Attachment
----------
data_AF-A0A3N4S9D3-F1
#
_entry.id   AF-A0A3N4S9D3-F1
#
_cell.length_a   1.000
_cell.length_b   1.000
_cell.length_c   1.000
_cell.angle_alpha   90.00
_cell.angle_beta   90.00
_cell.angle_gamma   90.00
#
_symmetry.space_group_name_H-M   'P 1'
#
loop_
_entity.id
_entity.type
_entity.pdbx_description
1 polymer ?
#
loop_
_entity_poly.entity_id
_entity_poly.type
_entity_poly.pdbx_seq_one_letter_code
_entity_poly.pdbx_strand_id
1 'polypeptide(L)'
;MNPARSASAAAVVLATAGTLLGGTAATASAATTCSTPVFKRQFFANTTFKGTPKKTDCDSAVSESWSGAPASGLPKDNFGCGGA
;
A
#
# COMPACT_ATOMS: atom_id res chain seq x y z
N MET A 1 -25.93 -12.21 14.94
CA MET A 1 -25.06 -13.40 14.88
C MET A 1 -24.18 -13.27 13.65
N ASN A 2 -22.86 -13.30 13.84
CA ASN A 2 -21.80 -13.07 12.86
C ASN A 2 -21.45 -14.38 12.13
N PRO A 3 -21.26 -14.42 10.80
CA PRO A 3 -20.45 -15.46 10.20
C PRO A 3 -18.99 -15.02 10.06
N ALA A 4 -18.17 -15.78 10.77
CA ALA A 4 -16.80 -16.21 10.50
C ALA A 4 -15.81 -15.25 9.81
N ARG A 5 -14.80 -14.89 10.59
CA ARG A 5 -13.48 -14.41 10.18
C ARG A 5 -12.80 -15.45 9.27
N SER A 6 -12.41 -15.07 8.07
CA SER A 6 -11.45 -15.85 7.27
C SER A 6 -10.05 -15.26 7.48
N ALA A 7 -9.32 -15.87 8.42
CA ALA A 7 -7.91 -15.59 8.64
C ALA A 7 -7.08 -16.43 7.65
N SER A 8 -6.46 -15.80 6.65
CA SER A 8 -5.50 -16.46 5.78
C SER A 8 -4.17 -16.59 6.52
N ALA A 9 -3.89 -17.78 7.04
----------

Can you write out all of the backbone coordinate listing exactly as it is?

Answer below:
data_AF-A0A3N4S9D3-F1
#
_entry.id   AF-A0A3N4S9D3-F1
#
_cell.length_a   1.000
_cell.length_b   1.000
_cell.length_c   1.000
_cell.angle_alpha   90.00
_cell.angle_beta   90.00
_cell.angle_gamma   90.00
#
_symmetry.space_group_name_H-M   'P 1'
#
loop_
_entity.id
_entity.type
_entity.pdbx_description
1 polymer ?
#
loop_
_entity_poly.entity_id
_entity_poly.type
_entity_poly.pdbx_seq_one_letter_code
_entity_poly.pdbx_strand_id
1 'polypeptide(L)'
;MNPARSASAAAVVLATAGTLLGGTAATASAATTCSTPVFKRQFFANTTFKGTPKKTDCDSAVSESWSGAPASGLPKDNFGCGGA
;
A
#
# COMPACT_ATOMS: atom_id res chain seq x y z
N MET A 1 -25.93 -12.21 14.94
CA MET A 1 -25.06 -13.40 14.88
C MET A 1 -24.18 -13.27 13.65
N ASN A 2 -22.86 -13.30 13.84
CA ASN A 2 -21.80 -13.07 12.86
C ASN A 2 -21.45 -14.38 12.13
N PRO A 3 -21.26 -14.42 10.80
CA PRO A 3 -20.45 -15.46 10.20
C PRO A 3 -18.99 -15.02 10.06
N ALA A 4 -18.17 -15.78 10.77
CA ALA A 4 -16.80 -16.21 10.50
C ALA A 4 -15.81 -15.25 9.81
N ARG A 5 -14.80 -14.89 10.59
CA ARG A 5 -13.48 -14.41 10.18
C ARG A 5 -12.80 -15.45 9.27
N SER A 6 -12.41 -15.07 8.07
CA SER A 6 -11.45 -15.85 7.27
C SER A 6 -10.05 -15.26 7.48
N ALA A 7 -9.32 -15.87 8.42
CA ALA A 7 -7.91 -15.59 8.64
C ALA A 7 -7.08 -16.43 7.65
N SER A 8 -6.46 -15.80 6.65
CA SER A 8 -5.50 -16.46 5.78
C SER A 8 -4.17 -16.59 6.52
N ALA A 9 -3.89 -17.78 7.04